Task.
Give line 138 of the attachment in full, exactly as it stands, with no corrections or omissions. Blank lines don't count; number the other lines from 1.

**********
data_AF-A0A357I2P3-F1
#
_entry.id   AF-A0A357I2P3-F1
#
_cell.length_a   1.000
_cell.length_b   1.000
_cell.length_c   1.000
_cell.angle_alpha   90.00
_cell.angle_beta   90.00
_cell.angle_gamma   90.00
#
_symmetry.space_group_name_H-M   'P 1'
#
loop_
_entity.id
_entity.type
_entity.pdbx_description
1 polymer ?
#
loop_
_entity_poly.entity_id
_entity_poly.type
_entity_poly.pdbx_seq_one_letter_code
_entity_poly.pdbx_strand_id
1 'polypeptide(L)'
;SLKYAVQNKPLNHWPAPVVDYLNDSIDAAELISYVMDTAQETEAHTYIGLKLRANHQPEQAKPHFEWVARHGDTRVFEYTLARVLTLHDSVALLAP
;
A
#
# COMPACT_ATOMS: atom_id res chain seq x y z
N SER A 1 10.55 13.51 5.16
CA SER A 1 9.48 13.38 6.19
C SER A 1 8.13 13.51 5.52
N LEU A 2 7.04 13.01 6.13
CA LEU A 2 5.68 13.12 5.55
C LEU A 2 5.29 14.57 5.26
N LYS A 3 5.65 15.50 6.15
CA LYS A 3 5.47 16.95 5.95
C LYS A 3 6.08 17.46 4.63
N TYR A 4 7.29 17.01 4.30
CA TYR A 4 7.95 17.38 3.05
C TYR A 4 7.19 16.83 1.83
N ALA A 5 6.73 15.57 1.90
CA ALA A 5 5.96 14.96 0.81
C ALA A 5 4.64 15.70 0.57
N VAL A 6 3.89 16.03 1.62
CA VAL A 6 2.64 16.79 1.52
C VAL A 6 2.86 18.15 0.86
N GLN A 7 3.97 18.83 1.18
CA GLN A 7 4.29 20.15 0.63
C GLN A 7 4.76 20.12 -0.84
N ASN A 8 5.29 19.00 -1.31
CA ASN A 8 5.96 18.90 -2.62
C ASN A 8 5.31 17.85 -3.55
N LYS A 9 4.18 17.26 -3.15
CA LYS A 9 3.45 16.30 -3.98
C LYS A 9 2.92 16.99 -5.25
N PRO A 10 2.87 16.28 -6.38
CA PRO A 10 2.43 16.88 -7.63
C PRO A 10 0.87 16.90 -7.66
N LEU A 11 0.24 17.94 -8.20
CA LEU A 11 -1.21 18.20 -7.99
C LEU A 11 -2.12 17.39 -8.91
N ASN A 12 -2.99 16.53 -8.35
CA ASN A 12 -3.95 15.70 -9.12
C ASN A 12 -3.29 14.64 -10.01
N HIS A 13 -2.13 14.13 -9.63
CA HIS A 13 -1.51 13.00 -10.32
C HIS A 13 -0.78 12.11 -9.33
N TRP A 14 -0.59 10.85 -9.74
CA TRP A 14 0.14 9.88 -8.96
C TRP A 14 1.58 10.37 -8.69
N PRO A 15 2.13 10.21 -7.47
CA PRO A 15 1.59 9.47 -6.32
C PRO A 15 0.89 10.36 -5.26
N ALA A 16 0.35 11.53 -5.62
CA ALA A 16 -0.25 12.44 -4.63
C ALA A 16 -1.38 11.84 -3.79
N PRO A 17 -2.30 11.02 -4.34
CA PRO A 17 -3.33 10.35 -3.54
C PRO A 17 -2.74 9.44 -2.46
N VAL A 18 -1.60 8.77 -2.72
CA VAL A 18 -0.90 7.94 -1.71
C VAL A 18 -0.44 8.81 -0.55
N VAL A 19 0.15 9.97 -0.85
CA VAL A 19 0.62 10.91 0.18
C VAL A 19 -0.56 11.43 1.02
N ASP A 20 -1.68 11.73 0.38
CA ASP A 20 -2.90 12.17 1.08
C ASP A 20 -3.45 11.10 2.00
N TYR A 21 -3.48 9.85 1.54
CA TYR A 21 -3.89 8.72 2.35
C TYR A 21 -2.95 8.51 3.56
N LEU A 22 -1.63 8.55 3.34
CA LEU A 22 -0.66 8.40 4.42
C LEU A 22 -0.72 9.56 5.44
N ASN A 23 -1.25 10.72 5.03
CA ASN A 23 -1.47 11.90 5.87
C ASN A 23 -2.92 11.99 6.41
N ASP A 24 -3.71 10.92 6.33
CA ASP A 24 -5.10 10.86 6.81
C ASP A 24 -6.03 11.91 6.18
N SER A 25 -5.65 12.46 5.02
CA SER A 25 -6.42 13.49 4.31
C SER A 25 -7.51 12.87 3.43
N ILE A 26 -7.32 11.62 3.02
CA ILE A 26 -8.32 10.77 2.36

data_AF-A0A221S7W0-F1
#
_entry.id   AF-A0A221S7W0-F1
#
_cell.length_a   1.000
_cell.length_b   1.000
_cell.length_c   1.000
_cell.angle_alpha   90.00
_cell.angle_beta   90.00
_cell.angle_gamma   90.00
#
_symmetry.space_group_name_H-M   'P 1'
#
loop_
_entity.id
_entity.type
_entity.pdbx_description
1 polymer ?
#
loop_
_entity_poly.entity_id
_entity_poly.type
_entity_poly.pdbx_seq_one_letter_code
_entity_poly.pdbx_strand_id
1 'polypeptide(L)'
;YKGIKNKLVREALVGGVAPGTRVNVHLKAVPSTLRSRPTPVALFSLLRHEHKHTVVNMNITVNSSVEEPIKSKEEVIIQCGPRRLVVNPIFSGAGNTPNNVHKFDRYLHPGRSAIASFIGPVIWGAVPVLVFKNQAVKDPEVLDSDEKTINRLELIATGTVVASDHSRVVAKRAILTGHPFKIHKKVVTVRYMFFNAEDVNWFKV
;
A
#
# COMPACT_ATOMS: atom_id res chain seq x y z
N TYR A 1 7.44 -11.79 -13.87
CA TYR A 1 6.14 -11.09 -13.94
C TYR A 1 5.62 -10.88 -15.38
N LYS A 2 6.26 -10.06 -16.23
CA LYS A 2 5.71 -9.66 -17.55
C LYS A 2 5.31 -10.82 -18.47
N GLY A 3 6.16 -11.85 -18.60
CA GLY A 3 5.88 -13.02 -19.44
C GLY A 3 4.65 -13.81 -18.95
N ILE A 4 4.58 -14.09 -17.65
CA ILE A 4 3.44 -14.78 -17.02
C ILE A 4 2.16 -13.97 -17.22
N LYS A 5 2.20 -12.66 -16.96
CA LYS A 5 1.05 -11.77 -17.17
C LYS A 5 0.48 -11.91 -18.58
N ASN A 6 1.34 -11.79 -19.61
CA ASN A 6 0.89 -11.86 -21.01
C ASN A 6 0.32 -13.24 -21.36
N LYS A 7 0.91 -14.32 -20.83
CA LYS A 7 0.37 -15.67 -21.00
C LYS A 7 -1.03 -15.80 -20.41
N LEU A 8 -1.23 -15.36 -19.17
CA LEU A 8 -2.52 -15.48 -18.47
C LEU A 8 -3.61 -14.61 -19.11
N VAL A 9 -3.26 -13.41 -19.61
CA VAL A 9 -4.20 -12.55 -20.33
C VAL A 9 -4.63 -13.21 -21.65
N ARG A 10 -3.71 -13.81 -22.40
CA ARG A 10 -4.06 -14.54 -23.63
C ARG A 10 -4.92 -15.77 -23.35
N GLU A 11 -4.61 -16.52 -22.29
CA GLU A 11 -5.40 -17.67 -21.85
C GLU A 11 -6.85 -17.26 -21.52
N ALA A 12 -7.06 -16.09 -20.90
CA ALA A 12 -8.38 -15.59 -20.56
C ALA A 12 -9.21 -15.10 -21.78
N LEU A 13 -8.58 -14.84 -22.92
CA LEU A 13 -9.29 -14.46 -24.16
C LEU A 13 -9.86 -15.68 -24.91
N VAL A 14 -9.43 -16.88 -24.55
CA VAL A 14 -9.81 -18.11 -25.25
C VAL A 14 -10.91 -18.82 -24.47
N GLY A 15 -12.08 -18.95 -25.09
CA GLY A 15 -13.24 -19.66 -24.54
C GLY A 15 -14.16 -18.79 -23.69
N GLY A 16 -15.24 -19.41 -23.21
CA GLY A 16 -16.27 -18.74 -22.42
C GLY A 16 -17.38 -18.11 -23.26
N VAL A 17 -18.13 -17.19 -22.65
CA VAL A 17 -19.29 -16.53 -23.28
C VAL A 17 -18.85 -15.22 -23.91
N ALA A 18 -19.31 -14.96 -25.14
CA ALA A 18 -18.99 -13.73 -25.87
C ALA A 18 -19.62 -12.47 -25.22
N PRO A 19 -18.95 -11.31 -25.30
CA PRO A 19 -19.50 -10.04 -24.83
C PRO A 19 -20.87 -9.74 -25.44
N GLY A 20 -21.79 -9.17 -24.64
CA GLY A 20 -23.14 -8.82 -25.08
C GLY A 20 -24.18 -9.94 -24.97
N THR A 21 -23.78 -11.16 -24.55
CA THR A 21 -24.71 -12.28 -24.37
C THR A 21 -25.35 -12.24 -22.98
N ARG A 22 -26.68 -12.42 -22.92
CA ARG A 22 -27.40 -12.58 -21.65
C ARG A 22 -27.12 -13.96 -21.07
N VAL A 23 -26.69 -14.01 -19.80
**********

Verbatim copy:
N TYR A 1 7.44 -11.79 -13.87